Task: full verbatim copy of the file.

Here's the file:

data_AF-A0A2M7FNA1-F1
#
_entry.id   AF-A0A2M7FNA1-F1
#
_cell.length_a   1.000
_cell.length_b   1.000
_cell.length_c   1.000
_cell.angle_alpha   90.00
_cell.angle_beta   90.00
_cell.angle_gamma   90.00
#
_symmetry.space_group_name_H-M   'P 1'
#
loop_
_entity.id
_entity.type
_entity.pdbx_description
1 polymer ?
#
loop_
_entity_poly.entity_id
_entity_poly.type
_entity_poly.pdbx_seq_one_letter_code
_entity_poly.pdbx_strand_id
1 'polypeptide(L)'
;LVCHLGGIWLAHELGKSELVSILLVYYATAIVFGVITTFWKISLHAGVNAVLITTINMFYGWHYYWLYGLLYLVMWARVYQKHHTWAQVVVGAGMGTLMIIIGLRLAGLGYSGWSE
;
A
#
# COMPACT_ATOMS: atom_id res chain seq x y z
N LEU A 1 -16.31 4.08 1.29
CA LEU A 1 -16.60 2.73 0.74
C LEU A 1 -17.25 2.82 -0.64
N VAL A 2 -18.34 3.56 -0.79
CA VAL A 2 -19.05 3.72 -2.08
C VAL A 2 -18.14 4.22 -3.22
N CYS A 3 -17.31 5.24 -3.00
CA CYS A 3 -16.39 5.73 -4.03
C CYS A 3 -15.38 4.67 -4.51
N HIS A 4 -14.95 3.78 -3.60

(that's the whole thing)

data_AF-A0A2M7FNA1-F1
#
_entry.id   AF-A0A2M7FNA1-F1
#
_cell.length_a   1.000
_cell.length_b   1.000
_cell.length_c   1.000
_cell.angle_alpha   90.00
_cell.angle_beta   90.00
_cell.angle_gamma   90.00
#
_symmetry.space_group_name_H-M   'P 1'
#
loop_
_entity.id
_entity.type
_entity.pdbx_description
1 polymer ?
#
loop_
_entity_poly.entity_id
_entity_poly.type
_entity_poly.pdbx_seq_one_letter_code
_entity_poly.pdbx_strand_id
1 'polypeptide(L)'
;LVCHLGGIWLAHELGKSELVSILLVYYATAIVFGVITTFWKISLHAGVNAVLITTINMFYGWHYYWLYGLLYLVMWARVYQKHHTWAQVVVGAGMGTLMIIIGLRLAGLGYSGWSE
;
A
#
# COMPACT_ATOMS: atom_id res chain seq x y z
N LEU A 1 -16.31 4.08 1.29
CA LEU A 1 -16.60 2.73 0.74
C LEU A 1 -17.25 2.82 -0.64
N VAL A 2 -18.34 3.56 -0.79
CA VAL A 2 -19.05 3.72 -2.08
C VAL A 2 -18.14 4.22 -3.22
N CYS A 3 -17.31 5.24 -3.00
CA CYS A 3 -16.39 5.73 -4.03
C CYS A 3 -15.38 4.67 -4.51
N HIS A 4 -14.95 3.78 -3.60